CBCT and Radiation FAQs

People often have questions about CBCT scans. Below are some questions that we are frequently asked. If you have other questions, please ask one of our staff and they would be glad to explain things to you.

What is a CBCT?

CBCT stands for Cone Beam Computed Tomography. CBCT, also known as a CT or CAT scan, sends x-rays through the patient’s body to form a picture of the inside of the body.

What is an x-ray?

An x-ray is a beam of radiation, similar to light, that can penetrate through the body.

How is CBCT different than an x-ray film?

To make an x-ray film, an x-ray machine sends x-rays through a patient toward a film. Some of the x-rays are stopped by the patient’s bones and other tissues, creating a “shadow” on the film. With CBCT, an x-ray machine circles around the patient, sending x-rays as it goes around. Using a computer, pictures are created that look like many “slices” of the body. These pictures tell more about the inside of the body than x-ray film.

Does CBCT use radiation?

Yes. Because CBCT uses x-rays, a small amount of radiation is given to the patient.

How much radiation is used?

Very little. All of us receive small amounts of radiation all the time—mainly from the sun and the soil. Scientists call this background radiation. To put it into perspective, we can compare the amount of radiation used in dental CBCT and x-ray films to the amount of background radiation we receive every day.


  • Dental x-ray
  • 3 hour airline flight
  • Dental CBCT scan
  • Chest x-ray
  • Head CT
  • Abdominal CT
  • Chest CT
  • Upper GI x-ray
  • Lower GI x-ray
  • Abdominal and Pelvis CT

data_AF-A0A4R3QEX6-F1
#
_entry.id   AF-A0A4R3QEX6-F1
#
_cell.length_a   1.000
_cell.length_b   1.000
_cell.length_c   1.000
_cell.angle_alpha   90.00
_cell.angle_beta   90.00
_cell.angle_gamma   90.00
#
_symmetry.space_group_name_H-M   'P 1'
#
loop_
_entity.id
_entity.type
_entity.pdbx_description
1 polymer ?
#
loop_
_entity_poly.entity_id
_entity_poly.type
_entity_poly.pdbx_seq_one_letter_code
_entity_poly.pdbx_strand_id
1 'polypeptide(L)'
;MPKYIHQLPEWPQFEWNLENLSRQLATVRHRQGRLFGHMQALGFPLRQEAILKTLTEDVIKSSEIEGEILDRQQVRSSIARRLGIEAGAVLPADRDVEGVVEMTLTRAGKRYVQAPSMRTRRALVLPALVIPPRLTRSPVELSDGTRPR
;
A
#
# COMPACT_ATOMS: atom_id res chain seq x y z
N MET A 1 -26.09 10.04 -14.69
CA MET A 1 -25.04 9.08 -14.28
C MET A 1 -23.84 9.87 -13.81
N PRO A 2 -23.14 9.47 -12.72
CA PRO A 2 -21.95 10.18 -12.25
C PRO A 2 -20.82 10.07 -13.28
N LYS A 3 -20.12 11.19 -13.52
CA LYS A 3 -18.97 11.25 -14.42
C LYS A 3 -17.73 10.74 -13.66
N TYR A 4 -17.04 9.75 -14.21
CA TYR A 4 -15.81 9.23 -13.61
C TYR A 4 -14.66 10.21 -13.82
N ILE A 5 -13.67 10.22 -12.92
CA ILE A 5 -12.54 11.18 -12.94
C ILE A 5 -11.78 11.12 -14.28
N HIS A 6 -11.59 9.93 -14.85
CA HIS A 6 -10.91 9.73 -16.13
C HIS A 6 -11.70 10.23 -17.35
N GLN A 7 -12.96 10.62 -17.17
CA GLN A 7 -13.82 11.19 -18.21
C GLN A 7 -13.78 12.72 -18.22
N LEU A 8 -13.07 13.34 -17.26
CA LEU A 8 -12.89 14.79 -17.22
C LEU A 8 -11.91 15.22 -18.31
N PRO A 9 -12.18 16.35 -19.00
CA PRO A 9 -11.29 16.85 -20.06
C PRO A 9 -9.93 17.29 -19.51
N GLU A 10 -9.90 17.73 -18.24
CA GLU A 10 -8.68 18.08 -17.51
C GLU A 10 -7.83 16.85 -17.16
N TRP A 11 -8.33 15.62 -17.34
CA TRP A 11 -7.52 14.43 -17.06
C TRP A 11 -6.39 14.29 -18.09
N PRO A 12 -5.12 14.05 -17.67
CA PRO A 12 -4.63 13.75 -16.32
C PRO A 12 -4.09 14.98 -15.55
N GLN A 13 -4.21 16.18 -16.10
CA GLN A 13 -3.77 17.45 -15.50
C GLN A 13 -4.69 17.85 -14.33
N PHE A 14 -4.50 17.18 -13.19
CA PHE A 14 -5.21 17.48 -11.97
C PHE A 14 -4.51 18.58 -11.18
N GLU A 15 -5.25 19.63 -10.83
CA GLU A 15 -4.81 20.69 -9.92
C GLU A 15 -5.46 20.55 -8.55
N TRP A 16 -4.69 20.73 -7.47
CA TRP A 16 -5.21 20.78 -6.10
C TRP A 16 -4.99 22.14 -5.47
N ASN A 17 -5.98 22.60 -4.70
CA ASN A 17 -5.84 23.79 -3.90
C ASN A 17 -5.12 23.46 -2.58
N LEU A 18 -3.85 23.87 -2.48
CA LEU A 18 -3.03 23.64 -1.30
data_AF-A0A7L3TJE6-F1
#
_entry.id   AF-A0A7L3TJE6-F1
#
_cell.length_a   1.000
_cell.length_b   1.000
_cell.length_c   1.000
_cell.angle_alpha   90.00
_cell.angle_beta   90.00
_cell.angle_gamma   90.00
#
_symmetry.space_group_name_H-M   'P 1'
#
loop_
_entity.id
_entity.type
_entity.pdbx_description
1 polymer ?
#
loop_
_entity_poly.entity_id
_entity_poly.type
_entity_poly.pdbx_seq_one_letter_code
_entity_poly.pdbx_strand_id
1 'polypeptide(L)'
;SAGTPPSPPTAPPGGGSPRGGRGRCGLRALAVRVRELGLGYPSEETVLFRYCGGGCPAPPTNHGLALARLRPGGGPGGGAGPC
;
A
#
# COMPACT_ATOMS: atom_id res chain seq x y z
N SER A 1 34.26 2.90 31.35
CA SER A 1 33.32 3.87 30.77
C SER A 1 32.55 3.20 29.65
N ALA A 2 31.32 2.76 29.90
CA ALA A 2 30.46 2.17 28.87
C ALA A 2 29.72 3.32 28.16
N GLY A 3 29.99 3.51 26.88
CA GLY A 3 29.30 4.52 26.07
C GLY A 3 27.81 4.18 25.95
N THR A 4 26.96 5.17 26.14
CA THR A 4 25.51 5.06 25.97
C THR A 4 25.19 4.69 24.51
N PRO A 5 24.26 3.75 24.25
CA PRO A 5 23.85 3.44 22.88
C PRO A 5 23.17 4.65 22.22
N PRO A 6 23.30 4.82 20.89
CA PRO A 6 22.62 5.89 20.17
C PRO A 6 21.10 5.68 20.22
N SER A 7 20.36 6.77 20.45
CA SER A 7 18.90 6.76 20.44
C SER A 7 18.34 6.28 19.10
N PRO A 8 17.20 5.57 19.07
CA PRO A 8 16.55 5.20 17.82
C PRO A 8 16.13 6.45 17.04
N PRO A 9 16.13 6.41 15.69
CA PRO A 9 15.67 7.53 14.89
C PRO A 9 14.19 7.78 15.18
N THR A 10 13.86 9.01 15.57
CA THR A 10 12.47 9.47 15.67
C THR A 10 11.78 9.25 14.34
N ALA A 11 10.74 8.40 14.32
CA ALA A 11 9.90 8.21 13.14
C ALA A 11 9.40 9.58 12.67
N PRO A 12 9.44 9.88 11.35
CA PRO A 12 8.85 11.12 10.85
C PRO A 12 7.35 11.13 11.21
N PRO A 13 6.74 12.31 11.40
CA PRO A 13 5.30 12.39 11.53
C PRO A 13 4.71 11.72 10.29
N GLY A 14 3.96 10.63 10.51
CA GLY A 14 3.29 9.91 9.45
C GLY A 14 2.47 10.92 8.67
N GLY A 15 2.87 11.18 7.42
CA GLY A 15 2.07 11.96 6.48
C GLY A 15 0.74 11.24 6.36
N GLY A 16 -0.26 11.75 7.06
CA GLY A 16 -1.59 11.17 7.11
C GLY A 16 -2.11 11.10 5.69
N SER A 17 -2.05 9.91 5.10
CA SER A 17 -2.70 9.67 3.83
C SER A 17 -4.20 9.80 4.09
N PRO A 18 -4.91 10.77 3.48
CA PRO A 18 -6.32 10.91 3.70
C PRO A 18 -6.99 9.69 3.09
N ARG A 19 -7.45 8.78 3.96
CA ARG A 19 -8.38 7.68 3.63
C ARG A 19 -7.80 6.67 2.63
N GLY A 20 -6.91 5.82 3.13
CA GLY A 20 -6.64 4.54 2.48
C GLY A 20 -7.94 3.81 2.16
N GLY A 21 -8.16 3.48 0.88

• 1 day or less
  • 1 day
  • 1-4 days
  • 10 days
  • 4 months
  • 1.5 years
  • 2 years
  • 2 years
  • 3 years
  • 3 years

Adapted from: http://www.radiologyinfo.org/en/info.cfm?pg=safety-xray

Is this radiation harmful?

Even small amounts of radiation carry a low risk of being harmful. The effect of a small amount of radiation is not clearly understood, but doctors assume that it slightly increases the risk of cancer. On the other hand, CBCT provides very useful information that usually makes it worth the risk.

How much does a CBCT increase cancer risk?

According to the Canadian Cancer Society 1 out of 4 Canadians (29% of men and 24% of women) is expected to die from cancer. The risk of radiation-induced cancer from a dental CBCT scan is about 1 in a million. In other words, compared to the natural risk of cancer, the additional risk is negligible.

What About Children?

Concerns about radiation exposure are greater for younger patients (especially under 18) because they are more sensitive to radiation and they have a longer lifetime for ill effects to develop.


According to the FDA, when used appropriately, the benefits of a CBCT scan far exceed the risks. X-ray imaging, including dental CBCT, provides a fast, non-invasive way of answering a number of clinical questions. Dental CBCT images provide detailed, three-dimensional (3-D) information, rather than the two-dimensional (2-D) information provided by a conventional X-ray image.CBCT scans can provide detailed information to diagnose, plan treatment for, and evaluate many conditions in adults and children. Additionally, the detailed images provided by CBCT scans may eliminate the need for exploratory surgery. (This is according to the FDA which regulates the safety and effectiveness and radiation control of all X-ray imaging devices, including CT in the US.)

What’s the Bottom Line?

When used appropriately, the benefits of a CBCT scan far exceed the risks.